Rescue workers are engaged in a massive effort to locate any survivors left in the rubble. Earlier this week they made an incredible discovery when a newborn baby was pulled alive from the rubble in Syria; she is thought to be the only surviving member of her immediate family. 

Be warned, the footage shared here by AFP may be disturbing to some viewers.

Death toll rises to 11,000 after Turkey-Syria earthquake

The tragedy is continuing to unfold the Middle East where the official death toll has just passed 11,000. Thousands of building across the region collapsed afte two massive 7.8- and 7.5-magnitude earthquakes struck on Monday. The search and rescue mission is continuing but workers will face freezing winter conditions. 

"Everyone is putting their heart and soul into efforts, although the winter season, cold weather and the earthquake happening during the night make things more difficult," said Turkish President Tayyip Erdogan. 

"We do not know how high the casualty numbers will go as efforts to lift the debris continue in several buildings in the earthquake zone."
Earthquake in Turkey: How to help victims and donate to local and  international relief agencies

Footage of the fallout from the earthquakes in Turkey and Syria has been shocking. Thousands of buildings right across the region collapsed in the early hours of Monday morning and more than 11,000 people are now thought to have lost their lives. 

Many hospitals have been affected by the earthquake, further limiting their ability to render aid to those injured. First responders from local, national, and international organizations have flooded the area to provide support.

If you want to donate to help the victims of the earthquake, here's three organizations accepting donations...

Read more

Former UN official warns death toll could reach 20,000

After two days the emergency response effort in Turkey and Syria is continuing, but hopes of finding more survivors in the wreckage are becoming increasingly remote. The bitterly cold winter conditions are making it more difficult for search and rescue teams to wade through the rubble and making conditions more inhospitable for those trapped in the debris.

Turkey-Syria earthquake map shows massive scale

Two earthquakes with a magnitude of 7.5 and 7.8 devasted areas of southern Turkey and northern Syria on Monday. As of Wednesday morning the death toll is though to be close to 10,000 and is expected to rise substantially in the coming weeks. 

The shockwaves eminated from the Anatolian Fault that passes through the area. As this earthquake map shows, the affected area spans the width of the Netherlands and thousands of building have collapsed as a result. In a region beset by civil war the emergency response will be extremeley difficult.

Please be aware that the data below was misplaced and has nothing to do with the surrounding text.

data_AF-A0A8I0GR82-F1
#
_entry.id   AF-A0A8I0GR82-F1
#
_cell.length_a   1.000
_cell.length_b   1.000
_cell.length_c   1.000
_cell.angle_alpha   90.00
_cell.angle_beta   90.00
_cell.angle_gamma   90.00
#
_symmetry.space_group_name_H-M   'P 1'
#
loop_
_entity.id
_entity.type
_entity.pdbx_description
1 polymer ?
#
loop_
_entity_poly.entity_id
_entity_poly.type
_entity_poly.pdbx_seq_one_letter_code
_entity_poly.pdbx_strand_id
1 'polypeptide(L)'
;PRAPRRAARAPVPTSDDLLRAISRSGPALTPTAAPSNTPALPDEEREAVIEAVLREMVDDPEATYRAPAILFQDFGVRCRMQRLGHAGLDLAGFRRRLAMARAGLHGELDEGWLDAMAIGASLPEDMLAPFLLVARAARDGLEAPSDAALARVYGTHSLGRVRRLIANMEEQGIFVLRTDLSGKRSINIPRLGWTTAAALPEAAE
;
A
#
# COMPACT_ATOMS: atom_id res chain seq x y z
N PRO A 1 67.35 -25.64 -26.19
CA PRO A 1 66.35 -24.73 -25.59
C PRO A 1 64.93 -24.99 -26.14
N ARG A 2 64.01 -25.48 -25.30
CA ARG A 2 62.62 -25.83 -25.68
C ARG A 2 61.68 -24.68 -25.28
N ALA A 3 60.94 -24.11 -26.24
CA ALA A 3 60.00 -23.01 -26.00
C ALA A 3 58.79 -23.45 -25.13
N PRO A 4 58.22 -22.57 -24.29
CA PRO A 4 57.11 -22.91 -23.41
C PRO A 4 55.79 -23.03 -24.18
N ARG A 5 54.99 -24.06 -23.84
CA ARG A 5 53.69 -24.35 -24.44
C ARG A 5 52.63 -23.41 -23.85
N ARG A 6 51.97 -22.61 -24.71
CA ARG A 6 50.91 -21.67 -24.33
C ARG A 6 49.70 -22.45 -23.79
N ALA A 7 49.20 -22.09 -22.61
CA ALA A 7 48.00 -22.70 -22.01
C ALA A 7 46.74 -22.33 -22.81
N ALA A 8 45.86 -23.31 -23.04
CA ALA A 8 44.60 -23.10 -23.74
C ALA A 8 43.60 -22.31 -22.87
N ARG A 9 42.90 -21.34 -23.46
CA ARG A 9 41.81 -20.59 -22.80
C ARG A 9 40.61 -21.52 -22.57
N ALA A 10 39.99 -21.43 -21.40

Charlie Hebdo earthquake cartoon criticised

French publication Charlie Hebdo is known for provacative and controversial cartoons satirising contemporary events, but the sketch in response to the earthquakes in Turkey and Syria have been slammed as tasteless. Ibrahim Kalin, chief advisor to Turkish President Tayyip Erdogan, said that the drawing was the work of 'modern barbarians' and the magazine's post on Twitter has been flagged as hate speech by many users.

Drone video shows damage from earthquake

Astonishing drone footage from the scene in Turkey captures the immense scale of the emergency situation unfolding in the Middle East. Thousands of building have collapsed across an area spanning hundred of miles after the region was struck with one of the worst earthquakes to hit for decades.

Video shows extent of the damage from 7.8 magnitude earthquake

Heartbreaking footage from CNN shows conditions on the ground in Turkey, where two massive earthquakes struck on Monday morning. The massive search and rescue effort is continuing as emergency response teams dig through the rubble in a bid to find missing persons stuck in the debris.

Death toll could rise to 20,000, WHO warns

Areas of turkey and Syria are reeling after two massive earthquakes devastated the region earlier this week. As of Wednesday morning the death toll is thought to be close to 10,000 but that number is expected to rise once the ongoing search and rescue efforts have been concluded. The quake came in the middle of the winter, with temperatures below freezing and snow blizzards disrupting the emergency response operations.

President Zelenskyy offers support to Turkey

Ukrainian President Volodymyr Zelenskyy has pledged to send rescue teams and equipment to Turkey to support the response to the earthquakes that struck earlier this week. Ukraine has received tens of billions of dollars in support since the Russian invasion began but is willing to pass on some of its emergency response capabilities to offer aid to earthquake victims.

Welcome to AS USA

The emergency response teams are now in the third day of a massive search and rescue operation in the aftermath of the earthquakes that struck southern Turkey and northern Syria in the early hours of Monday morning. President Biden has pledged to offer support to the ailing nations but winter conditions are making the clean-up effort particularly tricky.